The evolving security stack critical to a Secure Access Service Edge (SASE) journey is described by Security Service Edge (SSE), which includes fundamental platform requirements such as CASB, SWG, and ZTNA capabilities.
SASE is an architecture—more accurately, a long-term journey—that will revolutionise the way we think about security and networking. However, SSE, as part of SASE, is a collection of cloud-delivered security services that you can get and use right now.
Still, separating clear, advice-based information regarding SSE from the torrent of industry noise and marketing around both SSE and SASE can be challenging.
That’s why, Netskope has announced the release of its new book, Security Service Edge (SSE) for Dummies, the first SSE resource of its kind.
True to the world-famous Dummies series it now joins, this book is intended to be your practical, no-B.S. explainer for SSE, its importance relevant to concepts like SASE, Zero Trust, and secure digital transformation, and fundamentally, how to build and deliver SSE capabilities.
Successful implementation of SASE and SSE is much more than swapping out technology. Zero Trust changes some basic assumptions about how security works. In the on-premises, network-based model, the assumption is that the network is secure and we must verify a person’s identity before granting access. So, we trust the network and verify the user. The typical paradigm granted the person access to everything or nothing—“allow” or “block” were the only choices.
Zero Trust changes this model as follows:
- When a person requests access, that request is evaluated in the context of several conditions. Identity is one of them, but the system also considers where the person is, the time of day, the device, the type of network connection, and many other variables.
- The application to which the person is being connected is also part of that context.
- The desired service level is also an important factor. Is this a life-or-death use of an application or a video game played for fun?
- How the network path is protected may change based on the application being used. If someone is accessing their personal email account, an ordinary Internet connection is used, with Transport Layer Security (TLS) protection negotiated between their email server and email client. If a doctor is accessing patient records, a secure, encrypted, and authenticated path is established, regardless of the capabilities of the underlying network or application.
Based on this context, the confidence level of the person’s session is determined, and the person may be trusted either a little bit or a lot. A person requesting access at an unusual time from an unusual location to a highly-sensitive application (an instance of a low confidence level) likely will encounter a multi-step authentication process. The access granted may be limited to a small set of data and functions, and then in a read-only mode. A worker who’s accessing at their customary time from a secure location (an instance of a high confidence level) may get full access to all data and application capabilities.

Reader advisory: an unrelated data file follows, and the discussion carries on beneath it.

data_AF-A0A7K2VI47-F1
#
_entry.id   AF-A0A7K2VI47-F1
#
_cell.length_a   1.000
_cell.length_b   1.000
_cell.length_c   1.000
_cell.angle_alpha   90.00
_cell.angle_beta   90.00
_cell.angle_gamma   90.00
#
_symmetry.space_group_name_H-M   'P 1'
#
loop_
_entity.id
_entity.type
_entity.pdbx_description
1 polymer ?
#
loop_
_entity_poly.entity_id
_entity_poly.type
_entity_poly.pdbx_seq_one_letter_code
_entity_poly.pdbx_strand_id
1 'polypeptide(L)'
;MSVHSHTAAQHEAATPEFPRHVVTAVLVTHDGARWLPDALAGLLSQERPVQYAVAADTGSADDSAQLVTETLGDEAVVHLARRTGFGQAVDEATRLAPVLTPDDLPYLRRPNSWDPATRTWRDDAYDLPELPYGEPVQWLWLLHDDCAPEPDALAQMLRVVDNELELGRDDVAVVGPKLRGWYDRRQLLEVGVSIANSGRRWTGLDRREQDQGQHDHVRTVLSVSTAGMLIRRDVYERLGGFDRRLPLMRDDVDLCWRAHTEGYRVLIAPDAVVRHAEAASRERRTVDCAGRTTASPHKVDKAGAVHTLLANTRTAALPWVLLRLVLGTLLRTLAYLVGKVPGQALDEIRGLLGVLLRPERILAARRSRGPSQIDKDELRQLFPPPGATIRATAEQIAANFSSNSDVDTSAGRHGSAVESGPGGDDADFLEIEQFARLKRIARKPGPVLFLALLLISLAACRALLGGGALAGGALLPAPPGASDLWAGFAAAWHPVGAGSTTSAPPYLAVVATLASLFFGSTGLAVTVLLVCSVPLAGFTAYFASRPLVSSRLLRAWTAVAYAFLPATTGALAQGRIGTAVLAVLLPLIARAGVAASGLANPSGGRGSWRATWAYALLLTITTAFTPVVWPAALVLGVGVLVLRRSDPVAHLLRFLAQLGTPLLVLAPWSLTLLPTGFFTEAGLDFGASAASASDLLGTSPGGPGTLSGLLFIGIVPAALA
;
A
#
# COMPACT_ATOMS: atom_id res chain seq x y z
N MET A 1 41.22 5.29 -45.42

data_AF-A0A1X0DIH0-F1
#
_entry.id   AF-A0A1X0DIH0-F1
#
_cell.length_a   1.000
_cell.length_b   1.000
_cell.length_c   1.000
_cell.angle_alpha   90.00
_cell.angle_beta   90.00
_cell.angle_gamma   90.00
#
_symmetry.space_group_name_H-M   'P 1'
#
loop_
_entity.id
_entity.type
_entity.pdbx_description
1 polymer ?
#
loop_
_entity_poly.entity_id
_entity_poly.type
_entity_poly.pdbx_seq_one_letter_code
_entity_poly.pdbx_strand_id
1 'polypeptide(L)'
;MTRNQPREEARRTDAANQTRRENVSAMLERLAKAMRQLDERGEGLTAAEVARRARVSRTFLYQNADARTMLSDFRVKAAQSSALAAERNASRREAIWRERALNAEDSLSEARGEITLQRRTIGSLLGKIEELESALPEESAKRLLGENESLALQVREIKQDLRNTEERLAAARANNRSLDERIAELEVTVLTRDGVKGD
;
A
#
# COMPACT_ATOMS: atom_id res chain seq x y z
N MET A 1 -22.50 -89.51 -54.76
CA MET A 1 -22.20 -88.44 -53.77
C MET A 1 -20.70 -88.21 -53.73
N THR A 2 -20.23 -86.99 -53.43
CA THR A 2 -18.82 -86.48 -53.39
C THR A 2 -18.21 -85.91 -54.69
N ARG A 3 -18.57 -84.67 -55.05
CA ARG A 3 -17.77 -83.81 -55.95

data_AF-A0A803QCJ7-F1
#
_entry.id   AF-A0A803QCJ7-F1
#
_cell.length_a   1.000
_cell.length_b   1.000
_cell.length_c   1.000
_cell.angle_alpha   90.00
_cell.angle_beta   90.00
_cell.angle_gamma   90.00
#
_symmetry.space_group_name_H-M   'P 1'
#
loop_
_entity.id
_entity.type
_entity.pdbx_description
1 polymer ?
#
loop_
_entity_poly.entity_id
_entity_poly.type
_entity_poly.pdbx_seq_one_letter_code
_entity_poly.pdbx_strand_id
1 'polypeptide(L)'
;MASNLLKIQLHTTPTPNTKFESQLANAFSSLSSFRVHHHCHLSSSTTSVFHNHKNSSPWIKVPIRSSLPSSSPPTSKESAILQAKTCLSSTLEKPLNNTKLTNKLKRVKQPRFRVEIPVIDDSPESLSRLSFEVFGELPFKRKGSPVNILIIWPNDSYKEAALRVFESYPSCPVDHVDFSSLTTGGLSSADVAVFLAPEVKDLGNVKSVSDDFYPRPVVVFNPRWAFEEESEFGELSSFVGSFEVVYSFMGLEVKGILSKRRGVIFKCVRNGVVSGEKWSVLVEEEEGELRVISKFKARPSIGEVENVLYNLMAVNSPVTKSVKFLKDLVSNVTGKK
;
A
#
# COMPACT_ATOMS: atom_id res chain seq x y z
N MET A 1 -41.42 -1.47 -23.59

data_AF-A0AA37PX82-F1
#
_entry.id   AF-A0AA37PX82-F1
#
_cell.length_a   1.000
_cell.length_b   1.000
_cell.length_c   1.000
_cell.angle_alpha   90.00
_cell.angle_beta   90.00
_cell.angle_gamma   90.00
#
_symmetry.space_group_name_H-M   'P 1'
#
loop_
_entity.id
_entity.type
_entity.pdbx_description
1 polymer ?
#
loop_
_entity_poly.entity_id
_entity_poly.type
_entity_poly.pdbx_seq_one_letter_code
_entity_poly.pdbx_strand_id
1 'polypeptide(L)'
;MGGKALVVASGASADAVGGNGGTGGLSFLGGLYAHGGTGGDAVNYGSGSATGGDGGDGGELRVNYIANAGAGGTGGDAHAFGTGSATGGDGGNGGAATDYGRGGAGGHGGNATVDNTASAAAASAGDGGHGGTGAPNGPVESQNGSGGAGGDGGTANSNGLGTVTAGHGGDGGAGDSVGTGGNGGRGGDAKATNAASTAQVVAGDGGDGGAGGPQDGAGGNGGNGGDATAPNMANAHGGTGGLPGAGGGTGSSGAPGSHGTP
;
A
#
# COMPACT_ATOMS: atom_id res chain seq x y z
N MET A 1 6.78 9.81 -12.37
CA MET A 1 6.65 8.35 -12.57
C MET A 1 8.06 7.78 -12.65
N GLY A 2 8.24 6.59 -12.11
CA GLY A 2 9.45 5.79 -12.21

Consider this example of a doctor accessing electronic health records via SSE that illustrates Zero Trust principles at work in SSE and how SSE helps bring Zero Trust principles to life:
- A doctor is carrying a facility-owned tablet as they treat a patient in the hospital. Based on the doctor’s identity, location, device, and other factors, the SSE determines it is safe to give the doctor full access to the patient’s records.
- The doctor walks across the street for a cup of coffee. They pop open a personal laptop, connect to the shop’s network, and try to access patient records. The SSE recognizes the doctor but identifies that the hospital does not own the laptop and that the laptop is on an unknown network. The doctor is allowed to view and comment on the records but can’t alter the data.
- The doctor is eating dinner at home; alerted to a crisis, they log their child out of Minecraft to use the family PC to access the patient’s records. The SSE recognizes that this computer is less secure than the hospital’s tablet. Instead of denying access, the SSE provides a series of prompts that enable the doctor to verify their identity further and frame the nature of the reason they need access. The SSE then provides the doctor with a secure set of resources to respond to the emergency —for example, inside an isolated browser session under control of the SSE.
Within network security, you often hear the term Zero Trust Network Access (ZTNA). ZTNA is an excellent choice for augmenting your virtual private network (VPN) to accommodate more remote access scenarios. With ZTNA, users don’t receive access to an entire portion of a network that could allow connections to many services. Instead, ZTNA grants the worker a connection only to the application they’re seeking to use and—as shown in our doctor story—only the minimum access needed to perform the task at hand.
Implementing SSE using Zero Trust principles shrinks the attack surface and is far more data-driven, thus greatly improving the overall security posture. The level of risk presented by a person, an application, or a website undergoes continuous reevaluation. Security is adapting in real time based on changes in context.